Officers to wear body cameras to film violent abuse

Body Camera Image copyright Peterborough City Council
Image caption The body cameras will record the most serious violent attacks and verbal abuse

Traffic enforcement officers in Peterborough are to be fitted with body cameras to help keep them safe.

The officers, known as traffic wardens, are among a group that issue up to 22,000 parking tickets a year.

The aim is to prevent violent attacks on officers doing a difficult job, a city councillor said.

The cameras will be used to record violent physical attacks and verbal abuse and this evidence will be passed to police for them to prosecute.

The city council said its 10 officers report "about four" serious attacks of violent physical and verbal abuse a month.

Eggs were even thrown at officers in two separate attacks in January.

Evidence for police

Janet Goodwin, cabinet advisor on business engagement and tourism, said: "Our civil enforcement officers have a difficult job and we must do all we can to ensure they are safe on our streets.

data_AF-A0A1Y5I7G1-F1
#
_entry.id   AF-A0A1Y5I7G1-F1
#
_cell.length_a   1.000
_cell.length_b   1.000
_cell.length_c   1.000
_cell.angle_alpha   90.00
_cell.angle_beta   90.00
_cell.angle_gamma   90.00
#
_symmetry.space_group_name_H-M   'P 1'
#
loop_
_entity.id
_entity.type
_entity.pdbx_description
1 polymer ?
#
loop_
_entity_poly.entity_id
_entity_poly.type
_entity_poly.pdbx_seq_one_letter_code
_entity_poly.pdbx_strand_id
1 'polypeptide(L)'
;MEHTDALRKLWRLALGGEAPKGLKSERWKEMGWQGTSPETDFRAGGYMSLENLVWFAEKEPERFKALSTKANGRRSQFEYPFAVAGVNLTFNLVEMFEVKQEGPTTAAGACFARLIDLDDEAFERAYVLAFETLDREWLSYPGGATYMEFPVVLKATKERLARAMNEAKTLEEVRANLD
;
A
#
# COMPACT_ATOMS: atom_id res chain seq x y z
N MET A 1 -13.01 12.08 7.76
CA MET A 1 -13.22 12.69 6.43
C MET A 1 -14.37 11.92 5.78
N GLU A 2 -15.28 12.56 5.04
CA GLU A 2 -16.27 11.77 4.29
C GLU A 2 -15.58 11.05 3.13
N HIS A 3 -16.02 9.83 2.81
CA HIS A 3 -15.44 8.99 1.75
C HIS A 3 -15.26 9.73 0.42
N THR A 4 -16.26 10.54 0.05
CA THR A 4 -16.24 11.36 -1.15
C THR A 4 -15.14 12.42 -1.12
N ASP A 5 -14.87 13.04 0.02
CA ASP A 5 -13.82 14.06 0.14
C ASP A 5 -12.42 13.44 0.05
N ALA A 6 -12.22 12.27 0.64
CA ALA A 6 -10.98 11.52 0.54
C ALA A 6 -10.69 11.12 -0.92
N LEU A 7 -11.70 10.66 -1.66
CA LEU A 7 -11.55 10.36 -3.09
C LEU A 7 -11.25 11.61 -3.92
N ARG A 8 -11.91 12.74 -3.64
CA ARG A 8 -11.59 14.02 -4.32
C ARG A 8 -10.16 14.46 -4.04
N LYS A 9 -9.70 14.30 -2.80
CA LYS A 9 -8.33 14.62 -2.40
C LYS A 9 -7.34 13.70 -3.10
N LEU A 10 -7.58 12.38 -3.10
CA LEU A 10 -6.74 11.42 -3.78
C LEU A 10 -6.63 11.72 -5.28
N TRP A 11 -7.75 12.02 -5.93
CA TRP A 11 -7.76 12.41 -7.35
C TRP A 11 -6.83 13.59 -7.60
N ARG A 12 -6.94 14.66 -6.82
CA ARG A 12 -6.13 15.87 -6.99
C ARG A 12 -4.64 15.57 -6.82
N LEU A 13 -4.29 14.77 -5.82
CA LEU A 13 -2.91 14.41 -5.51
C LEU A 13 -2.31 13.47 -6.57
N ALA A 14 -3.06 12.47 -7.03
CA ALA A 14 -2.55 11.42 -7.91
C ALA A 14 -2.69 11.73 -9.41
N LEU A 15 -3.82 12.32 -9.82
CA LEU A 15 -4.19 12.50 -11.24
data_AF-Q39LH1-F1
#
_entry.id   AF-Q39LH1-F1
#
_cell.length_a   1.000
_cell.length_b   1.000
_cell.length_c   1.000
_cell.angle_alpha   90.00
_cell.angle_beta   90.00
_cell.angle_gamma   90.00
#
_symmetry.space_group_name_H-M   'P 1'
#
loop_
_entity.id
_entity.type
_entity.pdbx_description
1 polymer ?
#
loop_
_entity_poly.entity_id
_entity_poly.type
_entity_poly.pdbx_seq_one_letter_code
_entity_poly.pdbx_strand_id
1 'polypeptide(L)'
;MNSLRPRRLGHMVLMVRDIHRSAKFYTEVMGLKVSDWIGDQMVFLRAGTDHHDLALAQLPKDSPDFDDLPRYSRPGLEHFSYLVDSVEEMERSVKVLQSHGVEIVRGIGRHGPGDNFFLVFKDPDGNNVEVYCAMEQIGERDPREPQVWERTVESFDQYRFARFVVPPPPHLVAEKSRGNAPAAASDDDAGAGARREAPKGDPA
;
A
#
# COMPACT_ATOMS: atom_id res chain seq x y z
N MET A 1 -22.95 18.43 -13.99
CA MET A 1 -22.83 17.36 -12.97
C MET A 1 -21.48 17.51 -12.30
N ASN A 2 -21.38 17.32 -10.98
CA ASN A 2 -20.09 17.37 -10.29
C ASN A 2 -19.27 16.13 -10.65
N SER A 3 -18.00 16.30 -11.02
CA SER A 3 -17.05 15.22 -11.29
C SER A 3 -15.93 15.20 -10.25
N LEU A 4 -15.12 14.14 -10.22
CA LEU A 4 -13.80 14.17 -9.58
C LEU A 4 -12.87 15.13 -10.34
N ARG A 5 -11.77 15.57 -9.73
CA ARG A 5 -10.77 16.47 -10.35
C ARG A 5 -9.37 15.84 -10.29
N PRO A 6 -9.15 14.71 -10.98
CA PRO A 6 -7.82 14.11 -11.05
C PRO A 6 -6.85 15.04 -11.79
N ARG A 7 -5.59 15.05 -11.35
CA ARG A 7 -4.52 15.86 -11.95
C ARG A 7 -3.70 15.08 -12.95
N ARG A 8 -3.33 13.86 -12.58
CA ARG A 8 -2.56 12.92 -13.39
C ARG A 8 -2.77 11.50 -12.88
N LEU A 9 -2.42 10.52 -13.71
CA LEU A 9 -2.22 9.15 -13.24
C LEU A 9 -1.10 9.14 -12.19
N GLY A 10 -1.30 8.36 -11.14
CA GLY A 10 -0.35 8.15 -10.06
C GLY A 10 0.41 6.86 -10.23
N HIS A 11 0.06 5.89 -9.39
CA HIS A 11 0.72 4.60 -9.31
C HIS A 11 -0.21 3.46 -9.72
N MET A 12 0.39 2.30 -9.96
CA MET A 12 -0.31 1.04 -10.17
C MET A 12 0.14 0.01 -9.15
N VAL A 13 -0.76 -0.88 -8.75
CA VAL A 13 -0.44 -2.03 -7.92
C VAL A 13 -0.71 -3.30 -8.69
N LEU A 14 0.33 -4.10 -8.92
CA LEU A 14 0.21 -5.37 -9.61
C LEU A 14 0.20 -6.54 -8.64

"I hope these cameras make people realise they cannot abuse our staff and if they do we can now record events and pass the video evidence on to police.

"Similar schemes are operating very effectively elsewhere in the country."

Darren Bell, from the city council's parking services, said officers would only switch on the clearly marked cameras when threatened.

He said: "This would include verbal abuse and where people put their hands on an officer."

The small body cameras will be secured to officers' uniforms. Video can then be downloaded and passed on to the police.

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